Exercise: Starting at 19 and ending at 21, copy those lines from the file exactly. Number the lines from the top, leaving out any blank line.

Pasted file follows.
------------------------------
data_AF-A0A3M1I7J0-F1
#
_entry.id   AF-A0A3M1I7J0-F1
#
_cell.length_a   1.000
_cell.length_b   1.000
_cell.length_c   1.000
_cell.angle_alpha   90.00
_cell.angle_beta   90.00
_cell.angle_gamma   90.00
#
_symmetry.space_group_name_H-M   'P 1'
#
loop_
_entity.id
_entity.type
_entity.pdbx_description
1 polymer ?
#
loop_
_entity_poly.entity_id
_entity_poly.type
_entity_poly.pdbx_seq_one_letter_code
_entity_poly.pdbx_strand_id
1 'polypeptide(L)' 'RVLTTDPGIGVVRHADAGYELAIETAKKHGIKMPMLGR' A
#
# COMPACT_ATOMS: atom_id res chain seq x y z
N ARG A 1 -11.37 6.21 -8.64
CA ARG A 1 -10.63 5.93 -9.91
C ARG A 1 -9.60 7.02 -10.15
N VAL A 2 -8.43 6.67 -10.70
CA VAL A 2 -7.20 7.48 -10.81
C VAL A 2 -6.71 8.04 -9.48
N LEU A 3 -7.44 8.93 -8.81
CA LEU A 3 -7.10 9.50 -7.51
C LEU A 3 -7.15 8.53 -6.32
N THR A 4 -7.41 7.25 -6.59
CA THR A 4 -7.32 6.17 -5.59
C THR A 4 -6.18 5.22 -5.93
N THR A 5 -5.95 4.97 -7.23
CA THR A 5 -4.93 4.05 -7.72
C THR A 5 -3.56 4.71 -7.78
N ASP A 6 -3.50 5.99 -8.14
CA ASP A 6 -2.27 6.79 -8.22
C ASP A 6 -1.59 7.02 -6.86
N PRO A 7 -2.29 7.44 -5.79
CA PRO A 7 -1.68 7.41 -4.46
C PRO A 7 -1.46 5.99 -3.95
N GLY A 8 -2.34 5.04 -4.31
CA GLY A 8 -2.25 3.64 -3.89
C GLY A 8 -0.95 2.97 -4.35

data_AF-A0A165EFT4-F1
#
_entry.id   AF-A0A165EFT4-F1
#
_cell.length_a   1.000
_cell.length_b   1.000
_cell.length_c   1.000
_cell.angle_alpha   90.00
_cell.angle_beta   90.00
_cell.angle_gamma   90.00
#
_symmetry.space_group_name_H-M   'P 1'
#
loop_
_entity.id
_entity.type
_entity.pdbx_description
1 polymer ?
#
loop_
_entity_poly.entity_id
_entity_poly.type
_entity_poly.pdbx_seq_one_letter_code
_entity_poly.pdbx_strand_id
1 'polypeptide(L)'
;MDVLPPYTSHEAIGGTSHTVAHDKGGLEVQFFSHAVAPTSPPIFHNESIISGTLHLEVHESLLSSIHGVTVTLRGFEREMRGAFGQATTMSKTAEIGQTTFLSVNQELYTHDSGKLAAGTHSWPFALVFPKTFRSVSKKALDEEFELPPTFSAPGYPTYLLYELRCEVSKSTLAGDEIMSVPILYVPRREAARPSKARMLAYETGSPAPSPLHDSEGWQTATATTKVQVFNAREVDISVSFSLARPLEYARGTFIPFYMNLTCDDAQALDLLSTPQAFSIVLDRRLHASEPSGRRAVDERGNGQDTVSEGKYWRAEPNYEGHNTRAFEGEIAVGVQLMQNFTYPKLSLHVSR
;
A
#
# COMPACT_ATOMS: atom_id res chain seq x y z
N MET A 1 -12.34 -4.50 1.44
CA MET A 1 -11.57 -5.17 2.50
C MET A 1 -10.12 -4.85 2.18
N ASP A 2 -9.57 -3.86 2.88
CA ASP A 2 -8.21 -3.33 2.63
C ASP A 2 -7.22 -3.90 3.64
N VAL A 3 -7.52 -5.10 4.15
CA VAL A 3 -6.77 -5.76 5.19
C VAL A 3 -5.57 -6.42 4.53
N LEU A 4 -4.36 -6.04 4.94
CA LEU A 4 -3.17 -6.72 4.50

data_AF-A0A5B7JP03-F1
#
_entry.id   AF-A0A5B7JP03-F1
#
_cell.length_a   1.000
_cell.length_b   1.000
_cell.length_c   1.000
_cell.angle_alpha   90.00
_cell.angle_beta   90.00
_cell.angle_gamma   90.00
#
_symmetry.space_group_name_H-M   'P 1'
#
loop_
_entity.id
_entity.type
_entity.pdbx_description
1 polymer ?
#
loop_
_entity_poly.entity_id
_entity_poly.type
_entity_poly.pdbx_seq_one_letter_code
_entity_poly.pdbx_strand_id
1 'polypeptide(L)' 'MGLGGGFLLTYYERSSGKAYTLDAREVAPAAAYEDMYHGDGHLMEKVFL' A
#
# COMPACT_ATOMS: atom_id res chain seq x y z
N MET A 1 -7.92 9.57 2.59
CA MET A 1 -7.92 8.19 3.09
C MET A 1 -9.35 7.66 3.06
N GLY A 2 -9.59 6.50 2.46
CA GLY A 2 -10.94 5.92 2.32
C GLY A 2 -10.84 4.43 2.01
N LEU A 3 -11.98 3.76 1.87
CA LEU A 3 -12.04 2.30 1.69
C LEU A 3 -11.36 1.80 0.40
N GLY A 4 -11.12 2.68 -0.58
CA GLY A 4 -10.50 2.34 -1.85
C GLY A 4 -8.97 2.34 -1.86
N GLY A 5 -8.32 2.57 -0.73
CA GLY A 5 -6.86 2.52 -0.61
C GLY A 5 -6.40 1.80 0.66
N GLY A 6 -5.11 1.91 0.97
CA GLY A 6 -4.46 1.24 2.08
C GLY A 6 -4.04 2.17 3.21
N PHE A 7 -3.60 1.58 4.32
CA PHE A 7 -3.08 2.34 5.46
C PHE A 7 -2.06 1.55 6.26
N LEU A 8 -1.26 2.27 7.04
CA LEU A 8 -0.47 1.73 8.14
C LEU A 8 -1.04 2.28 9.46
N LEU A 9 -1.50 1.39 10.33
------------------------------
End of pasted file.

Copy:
#
loop_
_entity_poly.entity_id